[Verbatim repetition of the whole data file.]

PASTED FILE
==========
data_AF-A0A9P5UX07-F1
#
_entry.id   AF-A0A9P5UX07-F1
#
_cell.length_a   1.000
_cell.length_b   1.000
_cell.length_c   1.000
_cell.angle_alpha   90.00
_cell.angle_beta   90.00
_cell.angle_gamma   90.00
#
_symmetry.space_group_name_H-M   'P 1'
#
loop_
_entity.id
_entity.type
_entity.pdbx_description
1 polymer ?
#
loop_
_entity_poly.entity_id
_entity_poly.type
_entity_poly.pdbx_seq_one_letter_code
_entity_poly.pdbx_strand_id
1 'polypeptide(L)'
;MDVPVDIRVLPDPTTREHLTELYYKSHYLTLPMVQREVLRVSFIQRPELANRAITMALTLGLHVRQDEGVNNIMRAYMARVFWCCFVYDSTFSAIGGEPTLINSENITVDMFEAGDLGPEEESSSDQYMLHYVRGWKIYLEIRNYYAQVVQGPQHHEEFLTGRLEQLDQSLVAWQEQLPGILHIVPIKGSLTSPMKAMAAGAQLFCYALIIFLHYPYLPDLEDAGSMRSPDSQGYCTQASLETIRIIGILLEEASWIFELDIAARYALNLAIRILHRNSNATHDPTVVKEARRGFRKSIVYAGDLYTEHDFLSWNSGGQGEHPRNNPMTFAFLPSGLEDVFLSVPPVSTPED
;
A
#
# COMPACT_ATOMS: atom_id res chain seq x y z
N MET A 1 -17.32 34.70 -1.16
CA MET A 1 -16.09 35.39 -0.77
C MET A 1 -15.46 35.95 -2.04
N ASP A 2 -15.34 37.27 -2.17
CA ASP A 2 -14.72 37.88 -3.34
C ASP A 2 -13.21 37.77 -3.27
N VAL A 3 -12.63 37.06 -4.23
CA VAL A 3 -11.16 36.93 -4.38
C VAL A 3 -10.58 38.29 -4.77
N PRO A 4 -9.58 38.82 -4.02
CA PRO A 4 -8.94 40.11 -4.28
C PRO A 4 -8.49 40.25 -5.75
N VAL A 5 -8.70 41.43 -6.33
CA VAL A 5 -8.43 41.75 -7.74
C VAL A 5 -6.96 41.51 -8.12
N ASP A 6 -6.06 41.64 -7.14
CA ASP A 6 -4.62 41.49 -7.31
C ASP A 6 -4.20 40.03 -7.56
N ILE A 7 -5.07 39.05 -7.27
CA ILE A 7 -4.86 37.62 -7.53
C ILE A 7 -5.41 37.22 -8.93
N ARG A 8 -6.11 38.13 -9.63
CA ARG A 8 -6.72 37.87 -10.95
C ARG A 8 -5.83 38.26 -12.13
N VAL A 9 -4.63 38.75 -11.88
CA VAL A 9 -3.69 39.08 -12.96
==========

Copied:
data_AF-A0A9P5UX07-F1
#
_entry.id   AF-A0A9P5UX07-F1
#
_cell.length_a   1.000
_cell.length_b   1.000
_cell.length_c   1.000
_cell.angle_alpha   90.00
_cell.angle_beta   90.00
_cell.angle_gamma   90.00
#
_symmetry.space_group_name_H-M   'P 1'
#
loop_
_entity.id
_entity.type
_entity.pdbx_description
1 polymer ?
#
loop_
_entity_poly.entity_id
_entity_poly.type
_entity_poly.pdbx_seq_one_letter_code
_entity_poly.pdbx_strand_id
1 'polypeptide(L)'
;MDVPVDIRVLPDPTTREHLTELYYKSHYLTLPMVQREVLRVSFIQRPELANRAITMALTLGLHVRQDEGVNNIMRAYMARVFWCCFVYDSTFSAIGGEPTLINSENITVDMFEAGDLGPEEESSSDQYMLHYVRGWKIYLEIRNYYAQVVQGPQHHEEFLTGRLEQLDQSLVAWQEQLPGILHIVPIKGSLTSPMKAMAAGAQLFCYALIIFLHYPYLPDLEDAGSMRSPDSQGYCTQASLETIRIIGILLEEASWIFELDIAARYALNLAIRILHRNSNATHDPTVVKEARRGFRKSIVYAGDLYTEHDFLSWNSGGQGEHPRNNPMTFAFLPSGLEDVFLSVPPVSTPED
;
A
#
# COMPACT_ATOMS: atom_id res chain seq x y z
N MET A 1 -17.32 34.70 -1.16
CA MET A 1 -16.09 35.39 -0.77
C MET A 1 -15.46 35.95 -2.04
N ASP A 2 -15.34 37.27 -2.17
CA ASP A 2 -14.72 37.88 -3.34
C ASP A 2 -13.21 37.77 -3.27
N VAL A 3 -12.63 37.06 -4.23
CA VAL A 3 -11.16 36.93 -4.38
C VAL A 3 -10.58 38.29 -4.77
N PRO A 4 -9.58 38.82 -4.02
CA PRO A 4 -8.94 40.11 -4.28
C PRO A 4 -8.49 40.25 -5.75
N VAL A 5 -8.70 41.43 -6.33
CA VAL A 5 -8.43 41.75 -7.74
C VAL A 5 -6.96 41.51 -8.12
N ASP A 6 -6.06 41.64 -7.14
CA ASP A 6 -4.62 41.49 -7.31
C ASP A 6 -4.20 40.03 -7.56
N ILE A 7 -5.07 39.05 -7.27
CA ILE A 7 -4.86 37.62 -7.53
C ILE A 7 -5.41 37.22 -8.93
N ARG A 8 -6.11 38.13 -9.63
CA ARG A 8 -6.72 37.87 -10.95
C ARG A 8 -5.83 38.26 -12.13
N VAL A 9 -4.63 38.75 -11.88
CA VAL A 9 -3.69 39.08 -12.96